Surrey Reverend Geof Jay with one of his many COVID-19 related community messages posted in past weeks outside St. Andrew’s-Newton Presbyterian Church. (Photo: Olivia R. Jay)

Surrey Reverend Geof Jay with one of his many COVID-19 related community messages posted in past weeks outside St. Andrew’s-Newton Presbyterian Church. (Photo: Olivia R. Jay)


Celebrating Easter in Surrey, during COVID-19

Surrey’s Christian churches rise to the occasion, despite Coronavirus challenges

Celebrating Easter during a pandemic presents challenges enough.

But Christian churches in Surrey are rising to the occasion.

“It’s preparing, and providing my church family with a new normal,” says Reverend Geof Jay, of St. Andrew’s-Newton Presbyterian Church on pastoring in these trying times. “Also, the coordination between still reaching out to the community and taking care of my church family.”

During the course of the COVID-19 pandemic the church’s bulletin board sign at the corner of 72nd Avenue and 124th Street has carried messages such as, “We can do this! Two metres apart, not six feet under. Keep loving thy neighbour,” and, “Love thy neighbour by washing your hands signs,” and, “Love thy neighbour, leave some toilet paper for others,” to name a few.

Social distancing means no more bedside visits in old folks’ homes. “No one has Corona, thank goodness, that we know,” Jay says. But he does work the phones. “Staying connected is really important.”

READ ALSO: Celebrate Easter in a ‘safe way,’ Dr. Henry urges as B.C. records 6 new COVID-19 deaths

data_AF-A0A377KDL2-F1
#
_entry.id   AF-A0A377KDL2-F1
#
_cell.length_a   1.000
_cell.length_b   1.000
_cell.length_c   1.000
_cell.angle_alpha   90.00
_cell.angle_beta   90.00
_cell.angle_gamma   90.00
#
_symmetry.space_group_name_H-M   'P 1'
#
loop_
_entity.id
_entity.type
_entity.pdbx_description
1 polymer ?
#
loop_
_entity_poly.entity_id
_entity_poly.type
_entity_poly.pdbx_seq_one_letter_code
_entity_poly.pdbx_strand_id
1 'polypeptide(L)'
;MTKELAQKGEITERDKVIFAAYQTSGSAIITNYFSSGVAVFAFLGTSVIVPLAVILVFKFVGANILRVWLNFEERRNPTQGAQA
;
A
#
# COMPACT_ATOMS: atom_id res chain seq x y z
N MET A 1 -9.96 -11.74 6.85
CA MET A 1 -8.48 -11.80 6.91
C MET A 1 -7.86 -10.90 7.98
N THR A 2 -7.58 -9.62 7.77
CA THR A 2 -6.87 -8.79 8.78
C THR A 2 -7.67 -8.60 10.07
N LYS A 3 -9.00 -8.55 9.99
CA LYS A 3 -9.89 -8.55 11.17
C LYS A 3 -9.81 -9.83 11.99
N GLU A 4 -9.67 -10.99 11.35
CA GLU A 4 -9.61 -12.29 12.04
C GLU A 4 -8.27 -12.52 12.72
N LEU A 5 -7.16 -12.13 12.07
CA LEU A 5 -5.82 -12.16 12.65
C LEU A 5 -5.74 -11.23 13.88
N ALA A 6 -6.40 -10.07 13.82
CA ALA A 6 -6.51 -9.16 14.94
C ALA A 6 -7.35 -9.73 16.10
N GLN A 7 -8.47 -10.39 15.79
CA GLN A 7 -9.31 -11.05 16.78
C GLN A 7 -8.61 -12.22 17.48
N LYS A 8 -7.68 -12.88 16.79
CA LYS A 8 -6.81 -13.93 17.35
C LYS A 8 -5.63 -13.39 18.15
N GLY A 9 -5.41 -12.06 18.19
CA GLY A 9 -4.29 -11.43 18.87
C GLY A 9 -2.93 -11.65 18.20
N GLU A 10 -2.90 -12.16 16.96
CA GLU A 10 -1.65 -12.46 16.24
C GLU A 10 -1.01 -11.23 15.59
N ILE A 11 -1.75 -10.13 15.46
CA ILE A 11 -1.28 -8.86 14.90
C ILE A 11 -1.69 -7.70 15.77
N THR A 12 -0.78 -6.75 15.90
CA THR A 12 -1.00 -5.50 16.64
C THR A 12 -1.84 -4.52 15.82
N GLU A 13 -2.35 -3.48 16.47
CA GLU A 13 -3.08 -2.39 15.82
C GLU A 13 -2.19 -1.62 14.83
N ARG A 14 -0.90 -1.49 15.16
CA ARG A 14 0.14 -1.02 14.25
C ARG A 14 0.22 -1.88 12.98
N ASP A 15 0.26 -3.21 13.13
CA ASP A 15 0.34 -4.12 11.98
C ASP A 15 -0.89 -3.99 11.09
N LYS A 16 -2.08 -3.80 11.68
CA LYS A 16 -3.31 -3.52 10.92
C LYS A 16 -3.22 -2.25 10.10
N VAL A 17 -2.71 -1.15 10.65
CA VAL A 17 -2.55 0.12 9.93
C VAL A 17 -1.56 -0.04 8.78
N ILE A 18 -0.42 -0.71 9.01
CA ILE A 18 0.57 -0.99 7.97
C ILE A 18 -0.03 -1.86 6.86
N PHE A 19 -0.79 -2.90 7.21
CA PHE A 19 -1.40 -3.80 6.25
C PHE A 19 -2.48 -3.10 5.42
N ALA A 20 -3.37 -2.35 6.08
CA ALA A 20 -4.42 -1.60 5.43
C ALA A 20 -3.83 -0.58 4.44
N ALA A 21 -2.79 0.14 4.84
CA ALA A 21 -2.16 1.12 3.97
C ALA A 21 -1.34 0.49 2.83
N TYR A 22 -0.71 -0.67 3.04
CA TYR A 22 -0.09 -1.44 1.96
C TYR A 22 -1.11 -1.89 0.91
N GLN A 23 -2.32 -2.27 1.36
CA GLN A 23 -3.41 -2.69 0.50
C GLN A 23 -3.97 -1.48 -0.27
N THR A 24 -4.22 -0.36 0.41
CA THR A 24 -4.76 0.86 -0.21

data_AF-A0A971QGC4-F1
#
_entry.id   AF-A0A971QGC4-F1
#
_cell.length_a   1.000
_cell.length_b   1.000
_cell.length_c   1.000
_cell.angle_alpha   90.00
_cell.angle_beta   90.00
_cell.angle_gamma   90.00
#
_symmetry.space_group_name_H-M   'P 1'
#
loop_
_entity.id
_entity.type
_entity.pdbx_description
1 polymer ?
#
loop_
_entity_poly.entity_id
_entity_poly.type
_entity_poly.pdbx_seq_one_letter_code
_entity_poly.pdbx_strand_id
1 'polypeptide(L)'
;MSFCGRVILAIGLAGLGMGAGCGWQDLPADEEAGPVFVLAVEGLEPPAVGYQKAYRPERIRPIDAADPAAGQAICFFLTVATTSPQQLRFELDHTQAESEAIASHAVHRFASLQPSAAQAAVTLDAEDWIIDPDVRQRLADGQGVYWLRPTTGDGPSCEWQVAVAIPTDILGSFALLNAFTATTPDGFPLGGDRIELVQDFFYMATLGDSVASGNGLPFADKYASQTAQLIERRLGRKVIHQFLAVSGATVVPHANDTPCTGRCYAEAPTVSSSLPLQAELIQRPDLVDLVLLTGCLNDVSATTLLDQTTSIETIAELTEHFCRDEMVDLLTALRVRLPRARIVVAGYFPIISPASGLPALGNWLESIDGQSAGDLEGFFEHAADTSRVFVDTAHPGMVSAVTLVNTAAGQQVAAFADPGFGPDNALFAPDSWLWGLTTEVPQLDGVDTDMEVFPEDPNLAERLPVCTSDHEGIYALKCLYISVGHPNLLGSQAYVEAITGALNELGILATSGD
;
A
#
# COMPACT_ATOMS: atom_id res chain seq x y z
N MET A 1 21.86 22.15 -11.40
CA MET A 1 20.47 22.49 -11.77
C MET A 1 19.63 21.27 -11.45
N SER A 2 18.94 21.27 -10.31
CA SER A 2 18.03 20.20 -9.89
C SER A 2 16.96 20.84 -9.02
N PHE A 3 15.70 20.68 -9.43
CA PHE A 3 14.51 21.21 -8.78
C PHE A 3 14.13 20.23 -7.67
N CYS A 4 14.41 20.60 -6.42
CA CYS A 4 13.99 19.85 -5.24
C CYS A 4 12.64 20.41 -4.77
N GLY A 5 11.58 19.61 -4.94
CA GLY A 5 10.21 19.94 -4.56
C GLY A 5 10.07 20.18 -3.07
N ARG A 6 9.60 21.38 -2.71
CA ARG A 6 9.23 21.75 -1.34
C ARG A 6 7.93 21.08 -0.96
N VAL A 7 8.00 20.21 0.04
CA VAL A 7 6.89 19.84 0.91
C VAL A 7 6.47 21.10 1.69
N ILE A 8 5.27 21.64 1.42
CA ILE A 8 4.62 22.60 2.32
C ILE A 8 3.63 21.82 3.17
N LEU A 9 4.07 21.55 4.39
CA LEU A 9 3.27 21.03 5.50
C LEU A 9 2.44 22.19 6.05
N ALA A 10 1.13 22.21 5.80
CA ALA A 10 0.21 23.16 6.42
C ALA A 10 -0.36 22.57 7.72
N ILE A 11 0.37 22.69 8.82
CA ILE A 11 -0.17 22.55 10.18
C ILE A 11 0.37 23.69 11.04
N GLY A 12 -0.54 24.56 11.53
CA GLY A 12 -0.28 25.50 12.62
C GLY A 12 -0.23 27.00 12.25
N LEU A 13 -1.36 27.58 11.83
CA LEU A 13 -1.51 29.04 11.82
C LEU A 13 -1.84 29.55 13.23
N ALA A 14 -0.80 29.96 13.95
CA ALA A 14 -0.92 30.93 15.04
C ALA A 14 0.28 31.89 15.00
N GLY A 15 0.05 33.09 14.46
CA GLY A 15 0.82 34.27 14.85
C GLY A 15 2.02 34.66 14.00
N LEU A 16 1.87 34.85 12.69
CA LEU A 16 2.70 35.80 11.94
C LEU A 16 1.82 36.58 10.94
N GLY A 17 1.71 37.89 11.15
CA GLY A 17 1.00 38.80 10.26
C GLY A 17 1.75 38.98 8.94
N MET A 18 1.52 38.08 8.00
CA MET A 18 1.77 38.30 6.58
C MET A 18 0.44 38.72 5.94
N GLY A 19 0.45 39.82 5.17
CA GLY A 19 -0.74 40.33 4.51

The Presbyterian church’s last service, before provincial health authorities began to make the case for social distancing in earnest, saw labels with names posted on the pews, keeping worshippers six feet apart. Roughly 30 people came.

Now, the worship services are done on Zoom, a remote videoconferencing service. After provincial health officer Dr. Bonnie Henry recommended faith communities should not meet in person, Jay said, “Right away I had to have a crash course in Zoom.”

The church has had two Zoom-assisted worship services so far, since March 29th. “I had lots of technical glitches. I’ve been on the phone for two weeks with everybody, because I had to teach everybody how to use Zoom. I mean, hours. I felt like the Zoom helpline. I did it because I love my congregation, right?”


Reverend Geof Jay. (Photo: Olivia R. Jay)

About 60 households logged on for the first 10:30 a.m. Sunday service, Jay said, “which was a miracle.

“I wanted to make sure everybody feels like they’re at church. I set up a table in the middle aisle, and use a cardboard box to make it higher, then I put my laptop on. You can see the stained glass windows behind me so it looks like you’re in church.” The organist is there, and members of the congregation who are logged on sing hymns together over Zoom, and read scripture. “We try to make it realistic. It’s like nothing has really changed, except they’re at home.”

“I have 90 per cent of my congregation online. People responded.” Others join by phone.

OUR VIEW: Easter story reflected in front-line workers’ sacrifices during pandemic